Connecting to the Internet[ul][*]Access the bridge’s setup windows using the new IP address[*]Perform a site survey, select a network and connect[*]Move the bridge cable to the router’s WAN port[*]Restart browser[/ul]
Most all problems I have encountered have been related to one of three types of IP addressing errors: bridge or router is in same address space as the external network; or two devices within a network have the same IP address (Windows will give an error message); or the PC or WAN port of the router are not set to automatically obtain an IP
The PING command can be used to find problems. Select Start, Run, enter cmd. An MSDOS window will open. Type ping followed by a space followed by the IP address of the device you want to contact. Press enter. Four messages will be sent to the device. The response time should be in the order of 1 ms. A long time may indicate that there is a duplicate IP. No response means that the device is not accessible. You can also enter a named address after ping, e.g., www.yahoo.com. A successful reply indicates that you were able to access both the DNS and the web site.
Note: Due to invalid formatting, all formatting has been ignored.
* This post was
edited 11/13/05 02:55pm by rwwoods *
Very good tutorial. I've been meaning to try to explain this in a thread for some time now but havent found the time, your explaination is very good. Thanks for your time and effort in posting this somewhat confusing process. I use my bridge, router and external antenna all the time. I also open my WiFi network to other travelers in the parks we are at so they can connect to the internet easier. I've been using this same system for almost 3 years now, works great!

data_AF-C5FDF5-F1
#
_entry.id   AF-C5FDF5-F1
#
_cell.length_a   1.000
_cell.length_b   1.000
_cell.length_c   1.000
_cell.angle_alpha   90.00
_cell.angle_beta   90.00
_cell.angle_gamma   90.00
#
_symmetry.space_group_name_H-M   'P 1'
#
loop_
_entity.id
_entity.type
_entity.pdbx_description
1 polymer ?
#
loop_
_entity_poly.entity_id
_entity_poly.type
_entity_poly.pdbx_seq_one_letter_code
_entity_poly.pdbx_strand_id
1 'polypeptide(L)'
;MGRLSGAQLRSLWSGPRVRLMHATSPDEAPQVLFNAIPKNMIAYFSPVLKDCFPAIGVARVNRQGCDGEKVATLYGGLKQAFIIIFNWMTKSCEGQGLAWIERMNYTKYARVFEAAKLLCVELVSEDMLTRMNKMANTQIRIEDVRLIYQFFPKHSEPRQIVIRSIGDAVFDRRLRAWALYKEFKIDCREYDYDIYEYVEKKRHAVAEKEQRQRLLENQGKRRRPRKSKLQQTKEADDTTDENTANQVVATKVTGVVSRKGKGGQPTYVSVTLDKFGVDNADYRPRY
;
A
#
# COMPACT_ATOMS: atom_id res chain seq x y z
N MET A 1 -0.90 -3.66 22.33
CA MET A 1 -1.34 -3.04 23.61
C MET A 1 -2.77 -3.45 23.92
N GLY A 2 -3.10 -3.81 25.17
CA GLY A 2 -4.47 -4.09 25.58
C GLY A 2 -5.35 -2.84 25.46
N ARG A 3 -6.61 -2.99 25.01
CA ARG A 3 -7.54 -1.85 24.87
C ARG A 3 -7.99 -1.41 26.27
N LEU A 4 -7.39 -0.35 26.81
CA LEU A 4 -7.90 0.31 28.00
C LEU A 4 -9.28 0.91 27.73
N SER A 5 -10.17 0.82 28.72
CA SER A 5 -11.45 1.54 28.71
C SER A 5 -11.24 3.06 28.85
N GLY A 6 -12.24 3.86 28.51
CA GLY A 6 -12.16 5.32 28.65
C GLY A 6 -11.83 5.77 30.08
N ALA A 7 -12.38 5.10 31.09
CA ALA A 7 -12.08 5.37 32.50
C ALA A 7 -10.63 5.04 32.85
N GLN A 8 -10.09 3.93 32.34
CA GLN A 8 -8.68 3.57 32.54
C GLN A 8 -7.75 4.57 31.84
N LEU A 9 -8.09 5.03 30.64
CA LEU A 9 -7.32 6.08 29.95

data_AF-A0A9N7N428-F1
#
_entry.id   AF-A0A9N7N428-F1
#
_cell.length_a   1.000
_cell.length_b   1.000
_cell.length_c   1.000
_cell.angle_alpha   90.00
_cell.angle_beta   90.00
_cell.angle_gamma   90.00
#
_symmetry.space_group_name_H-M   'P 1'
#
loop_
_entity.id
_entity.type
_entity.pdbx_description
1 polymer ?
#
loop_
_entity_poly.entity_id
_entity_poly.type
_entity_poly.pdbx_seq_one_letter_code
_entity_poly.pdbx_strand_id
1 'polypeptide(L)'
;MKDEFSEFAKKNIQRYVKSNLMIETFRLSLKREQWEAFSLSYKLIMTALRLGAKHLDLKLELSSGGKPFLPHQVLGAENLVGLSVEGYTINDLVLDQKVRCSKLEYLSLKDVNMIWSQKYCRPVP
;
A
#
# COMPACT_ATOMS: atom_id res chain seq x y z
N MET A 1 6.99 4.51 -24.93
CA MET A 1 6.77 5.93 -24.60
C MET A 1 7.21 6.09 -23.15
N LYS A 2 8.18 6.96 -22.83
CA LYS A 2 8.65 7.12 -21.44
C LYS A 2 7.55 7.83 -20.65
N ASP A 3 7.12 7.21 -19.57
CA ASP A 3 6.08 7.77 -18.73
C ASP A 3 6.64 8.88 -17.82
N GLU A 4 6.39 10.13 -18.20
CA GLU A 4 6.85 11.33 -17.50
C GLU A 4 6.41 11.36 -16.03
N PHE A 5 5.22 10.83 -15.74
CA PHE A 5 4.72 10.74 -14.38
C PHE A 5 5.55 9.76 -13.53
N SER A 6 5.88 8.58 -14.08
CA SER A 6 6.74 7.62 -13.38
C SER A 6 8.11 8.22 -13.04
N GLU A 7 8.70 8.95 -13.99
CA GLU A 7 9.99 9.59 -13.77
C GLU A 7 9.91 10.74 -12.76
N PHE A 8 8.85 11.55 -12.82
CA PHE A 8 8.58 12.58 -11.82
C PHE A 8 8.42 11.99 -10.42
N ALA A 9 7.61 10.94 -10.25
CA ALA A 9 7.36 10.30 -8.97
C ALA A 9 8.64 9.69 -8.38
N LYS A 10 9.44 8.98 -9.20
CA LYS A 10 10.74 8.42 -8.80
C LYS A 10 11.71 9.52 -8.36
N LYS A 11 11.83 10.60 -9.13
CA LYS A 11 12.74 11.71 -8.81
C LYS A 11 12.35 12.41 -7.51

Excellent tutorial. Thanks for taking the time to make the post. Those of us who followed your 'struggle' to accomplish this setup celebrate your success. Your tutorial should lessen the 'pain' for others.
Thanks for the detailed summary. I had hoped to get to try to work on mine this weekend but am not able to because of needing to prepare for a big design review presentation at work scheduled for the end of this month.
Again great work. I hope to put this info to use soon.
SnoBear, you are correct. Private addresses open to anyone are in the range of 192.168.0.0 to 192.168.255.255. I was thinking, incorrectly, that the complete Class C range of 192.0.0.0 to 220.127.116.11 was available. I will edit my post accordingly.
I believe that you should stay in the 192.168.x.x address space. The address space of 192.167.x.x may be someone else's valid IP address any could cause routing problems for you and them.
The 192.168.x.x is a special range of address that you are free to use on your private network, but you can't just pick another range because you want to. IP addresses are assigned by higher authority.
You can accomplish the same thing using 192.168.x.x
running third party firmware like DD-WRT on A Linksys WRT-54G / WRT-54GS can turn a simple Wi-Fi router into a completx full feature Wireless Lan network as cheap replacement for professional Lancom and Orinocco access points. You can use as a repeater and or bridge even though your Linksys does not match other hardware that you are connecting to.
Here are the features:
* 13 languages
* 802.1x (EAP (Extensible Authentication Protocol) encapsulation over LANs)
* Access Restrictions
* Adhoc Mode
* Client Isolation Mode